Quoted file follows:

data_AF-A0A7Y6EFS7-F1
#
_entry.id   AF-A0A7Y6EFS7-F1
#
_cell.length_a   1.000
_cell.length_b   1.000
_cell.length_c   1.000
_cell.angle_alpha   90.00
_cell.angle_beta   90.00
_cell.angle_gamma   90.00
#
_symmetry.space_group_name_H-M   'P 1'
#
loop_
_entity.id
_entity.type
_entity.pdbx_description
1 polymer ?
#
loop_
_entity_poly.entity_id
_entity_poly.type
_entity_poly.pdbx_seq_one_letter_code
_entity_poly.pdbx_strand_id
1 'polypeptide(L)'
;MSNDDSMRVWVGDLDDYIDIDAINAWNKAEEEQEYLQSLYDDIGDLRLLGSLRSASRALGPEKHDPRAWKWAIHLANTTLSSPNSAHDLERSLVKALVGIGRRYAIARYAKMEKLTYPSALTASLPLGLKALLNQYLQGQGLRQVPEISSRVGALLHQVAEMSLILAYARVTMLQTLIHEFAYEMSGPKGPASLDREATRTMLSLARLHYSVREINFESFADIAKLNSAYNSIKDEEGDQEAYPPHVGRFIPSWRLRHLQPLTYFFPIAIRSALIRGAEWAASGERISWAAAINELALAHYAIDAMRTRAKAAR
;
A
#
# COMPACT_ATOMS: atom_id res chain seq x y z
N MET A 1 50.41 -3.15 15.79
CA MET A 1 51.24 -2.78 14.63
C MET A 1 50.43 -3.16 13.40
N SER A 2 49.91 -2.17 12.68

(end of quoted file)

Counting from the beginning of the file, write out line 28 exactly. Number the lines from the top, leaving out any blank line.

A